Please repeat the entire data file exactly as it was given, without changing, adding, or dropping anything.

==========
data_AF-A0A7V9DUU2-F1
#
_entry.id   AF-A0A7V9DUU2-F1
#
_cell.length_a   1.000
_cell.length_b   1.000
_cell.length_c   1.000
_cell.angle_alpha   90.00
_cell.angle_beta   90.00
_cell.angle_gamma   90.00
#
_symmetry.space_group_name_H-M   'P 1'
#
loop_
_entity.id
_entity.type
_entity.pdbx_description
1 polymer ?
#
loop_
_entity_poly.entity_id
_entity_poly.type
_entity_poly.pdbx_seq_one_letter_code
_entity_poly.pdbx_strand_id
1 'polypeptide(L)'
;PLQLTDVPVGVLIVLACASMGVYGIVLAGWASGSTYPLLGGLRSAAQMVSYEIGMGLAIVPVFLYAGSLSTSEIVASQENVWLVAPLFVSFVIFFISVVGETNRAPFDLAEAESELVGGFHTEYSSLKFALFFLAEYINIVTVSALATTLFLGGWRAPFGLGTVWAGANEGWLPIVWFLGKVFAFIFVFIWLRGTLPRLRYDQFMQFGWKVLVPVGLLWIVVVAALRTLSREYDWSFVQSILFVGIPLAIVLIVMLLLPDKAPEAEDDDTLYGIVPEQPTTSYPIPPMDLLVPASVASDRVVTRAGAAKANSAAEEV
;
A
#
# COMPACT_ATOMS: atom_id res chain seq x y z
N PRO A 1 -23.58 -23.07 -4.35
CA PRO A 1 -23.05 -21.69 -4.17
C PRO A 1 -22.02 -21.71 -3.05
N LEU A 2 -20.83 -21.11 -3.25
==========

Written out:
data_AF-A0A7V9DUU2-F1
#
_entry.id   AF-A0A7V9DUU2-F1
#
_cell.length_a   1.000
_cell.length_b   1.000
_cell.length_c   1.000
_cell.angle_alpha   90.00
_cell.angle_beta   90.00
_cell.angle_gamma   90.00
#
_symmetry.space_group_name_H-M   'P 1'
#
loop_
_entity.id
_entity.type
_entity.pdbx_description
1 polymer ?
#
loop_
_entity_poly.entity_id
_entity_poly.type
_entity_poly.pdbx_seq_one_letter_code
_entity_poly.pdbx_strand_id
1 'polypeptide(L)'
;PLQLTDVPVGVLIVLACASMGVYGIVLAGWASGSTYPLLGGLRSAAQMVSYEIGMGLAIVPVFLYAGSLSTSEIVASQENVWLVAPLFVSFVIFFISVVGETNRAPFDLAEAESELVGGFHTEYSSLKFALFFLAEYINIVTVSALATTLFLGGWRAPFGLGTVWAGANEGWLPIVWFLGKVFAFIFVFIWLRGTLPRLRYDQFMQFGWKVLVPVGLLWIVVVAALRTLSREYDWSFVQSILFVGIPLAIVLIVMLLLPDKAPEAEDDDTLYGIVPEQPTTSYPIPPMDLLVPASVASDRVVTRAGAAKANSAAEEV
;
A
#
# COMPACT_ATOMS: atom_id res chain seq x y z
N PRO A 1 -23.58 -23.07 -4.35
CA PRO A 1 -23.05 -21.69 -4.17
C PRO A 1 -22.02 -21.71 -3.05
N LEU A 2 -20.83 -21.11 -3.25